Sunday, June 11, 2017
The Score Takes Care of Itself
Bill Walsh's classic, The Score Takes Care of Itself presents a cornucopia of leadership concepts. Here are a few from the Fundamentals of Leadership chapter. The lessons transcend sport, advising personal and professional decision-making.
He discusses coaching and a failed game plan as Stanford coach. He persisted with it out of pride until he finally adjusted (to a passing game), allowing his team to come back with a narrow victory against Tulane.
"Coaches often try to force a plan past the point of reality...this is no different from a corporate leader who imposes a plan of action beyond the point of no return, the point where continuing makes no sense and becomes destructive."
"When does your unswerving determination to do it your way - what you deem "the right way" - take you and your organization over the cliff?"
"How do you know when it's time to quit, to try another approach, to move in another direction?"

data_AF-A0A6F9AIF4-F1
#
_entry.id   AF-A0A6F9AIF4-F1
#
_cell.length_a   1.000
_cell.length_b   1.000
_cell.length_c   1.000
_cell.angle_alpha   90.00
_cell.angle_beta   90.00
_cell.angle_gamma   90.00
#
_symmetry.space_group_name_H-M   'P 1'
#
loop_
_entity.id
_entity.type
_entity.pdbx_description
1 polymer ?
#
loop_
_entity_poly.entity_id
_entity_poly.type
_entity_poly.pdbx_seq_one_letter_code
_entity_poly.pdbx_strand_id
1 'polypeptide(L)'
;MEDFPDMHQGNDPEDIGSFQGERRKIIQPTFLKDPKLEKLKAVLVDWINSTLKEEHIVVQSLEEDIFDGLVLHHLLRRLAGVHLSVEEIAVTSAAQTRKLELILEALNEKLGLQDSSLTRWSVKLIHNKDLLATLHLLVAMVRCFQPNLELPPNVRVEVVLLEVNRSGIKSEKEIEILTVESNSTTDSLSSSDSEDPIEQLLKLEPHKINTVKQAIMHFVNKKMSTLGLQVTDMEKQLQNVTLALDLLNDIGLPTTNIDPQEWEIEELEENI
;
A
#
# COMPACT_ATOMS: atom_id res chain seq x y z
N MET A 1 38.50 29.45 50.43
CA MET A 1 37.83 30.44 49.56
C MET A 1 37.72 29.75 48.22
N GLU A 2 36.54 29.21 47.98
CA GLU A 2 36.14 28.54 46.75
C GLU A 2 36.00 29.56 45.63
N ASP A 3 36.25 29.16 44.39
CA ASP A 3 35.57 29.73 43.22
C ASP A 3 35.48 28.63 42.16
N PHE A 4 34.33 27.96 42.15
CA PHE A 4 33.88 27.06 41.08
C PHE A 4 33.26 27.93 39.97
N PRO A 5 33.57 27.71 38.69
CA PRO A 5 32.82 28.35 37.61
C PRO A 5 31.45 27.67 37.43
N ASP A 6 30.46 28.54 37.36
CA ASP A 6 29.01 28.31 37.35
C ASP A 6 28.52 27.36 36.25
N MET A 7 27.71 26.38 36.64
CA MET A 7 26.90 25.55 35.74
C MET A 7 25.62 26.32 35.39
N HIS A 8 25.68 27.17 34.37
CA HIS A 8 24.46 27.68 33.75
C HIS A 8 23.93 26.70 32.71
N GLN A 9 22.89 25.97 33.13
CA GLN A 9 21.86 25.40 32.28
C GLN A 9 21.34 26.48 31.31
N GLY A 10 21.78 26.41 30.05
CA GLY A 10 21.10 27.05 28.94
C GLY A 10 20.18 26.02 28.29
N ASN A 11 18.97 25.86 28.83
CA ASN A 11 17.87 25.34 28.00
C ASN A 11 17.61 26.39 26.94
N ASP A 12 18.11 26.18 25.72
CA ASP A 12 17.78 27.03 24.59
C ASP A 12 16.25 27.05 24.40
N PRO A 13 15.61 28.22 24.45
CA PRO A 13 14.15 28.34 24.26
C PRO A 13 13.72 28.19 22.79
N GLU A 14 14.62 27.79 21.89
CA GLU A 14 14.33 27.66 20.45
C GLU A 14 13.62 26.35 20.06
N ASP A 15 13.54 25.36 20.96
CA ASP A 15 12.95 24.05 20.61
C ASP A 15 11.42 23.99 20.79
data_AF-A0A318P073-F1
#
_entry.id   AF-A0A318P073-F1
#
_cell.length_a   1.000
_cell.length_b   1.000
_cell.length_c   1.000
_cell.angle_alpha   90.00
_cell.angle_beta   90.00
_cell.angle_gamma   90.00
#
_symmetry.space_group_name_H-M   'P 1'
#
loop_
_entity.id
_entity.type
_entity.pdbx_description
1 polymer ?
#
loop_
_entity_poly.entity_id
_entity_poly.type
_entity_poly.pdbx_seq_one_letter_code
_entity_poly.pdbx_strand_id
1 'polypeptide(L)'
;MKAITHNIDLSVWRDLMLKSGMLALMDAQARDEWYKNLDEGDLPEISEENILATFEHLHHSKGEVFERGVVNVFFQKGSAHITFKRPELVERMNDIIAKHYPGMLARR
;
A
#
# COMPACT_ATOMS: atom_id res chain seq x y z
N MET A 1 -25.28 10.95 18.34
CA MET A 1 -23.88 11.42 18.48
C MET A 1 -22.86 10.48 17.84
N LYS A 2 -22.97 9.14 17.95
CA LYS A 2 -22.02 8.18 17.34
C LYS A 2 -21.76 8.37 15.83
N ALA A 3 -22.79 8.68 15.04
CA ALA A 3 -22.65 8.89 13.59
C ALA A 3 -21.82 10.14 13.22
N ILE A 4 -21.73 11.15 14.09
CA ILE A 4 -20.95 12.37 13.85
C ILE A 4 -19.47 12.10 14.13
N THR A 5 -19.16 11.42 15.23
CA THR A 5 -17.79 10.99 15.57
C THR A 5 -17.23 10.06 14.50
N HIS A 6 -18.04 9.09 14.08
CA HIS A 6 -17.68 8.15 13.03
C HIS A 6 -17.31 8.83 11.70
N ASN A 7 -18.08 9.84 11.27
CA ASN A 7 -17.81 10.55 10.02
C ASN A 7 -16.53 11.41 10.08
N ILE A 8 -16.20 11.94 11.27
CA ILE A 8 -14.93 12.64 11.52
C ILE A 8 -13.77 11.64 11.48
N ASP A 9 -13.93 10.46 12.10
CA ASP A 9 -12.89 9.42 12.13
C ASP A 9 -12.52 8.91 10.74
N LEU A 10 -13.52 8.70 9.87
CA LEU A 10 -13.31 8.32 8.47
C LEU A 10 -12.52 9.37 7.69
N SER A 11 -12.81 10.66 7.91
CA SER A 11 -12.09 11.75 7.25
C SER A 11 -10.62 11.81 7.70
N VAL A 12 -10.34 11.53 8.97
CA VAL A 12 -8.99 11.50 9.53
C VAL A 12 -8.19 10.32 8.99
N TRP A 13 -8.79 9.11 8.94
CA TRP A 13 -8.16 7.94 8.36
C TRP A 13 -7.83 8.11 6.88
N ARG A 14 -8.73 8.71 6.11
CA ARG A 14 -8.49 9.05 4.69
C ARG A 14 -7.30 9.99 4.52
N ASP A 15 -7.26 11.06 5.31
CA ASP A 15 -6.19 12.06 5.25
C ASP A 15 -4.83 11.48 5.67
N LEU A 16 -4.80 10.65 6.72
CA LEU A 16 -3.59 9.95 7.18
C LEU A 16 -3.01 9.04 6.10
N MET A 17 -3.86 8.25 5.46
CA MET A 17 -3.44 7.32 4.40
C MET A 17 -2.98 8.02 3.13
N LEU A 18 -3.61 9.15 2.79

"The epic journey of Arctic explorer Ernest Shackleton is worth noting...I also greatly admire his courage, loyalty, and dedication, but in case you forgot, his expedition was doomed; it ended in failure: the HMS Endurance was trapped in ice and crushed. The magnitude of his ultimately successful rescue effort - rather than the failure to reach his primary goal - is what we remember."
"A leader must be keen and alert to what drives a decision, a plan of action...among the most common faulty reasons are 1) trying to prove you are right and 2) trying to prove someone else is wrong."
"If I led our team down the road to failure...I wanted to make sure the quality of my reasoning was very solid...what is inexcusable is to fail because you are unwilling to admit that your way was the wrong way and that a change of course is your only path to victory."
"Proving that you are right or proving that someone is wrong are bad reasons for persisting."
Our job, whether coaching or managing our personal affairs, is to put people, whether players or our families, in a position to succeed. When we let ego, not good sense, rule us, then our chances for success plummet. Leading isn't about getting our way, but finding the best way.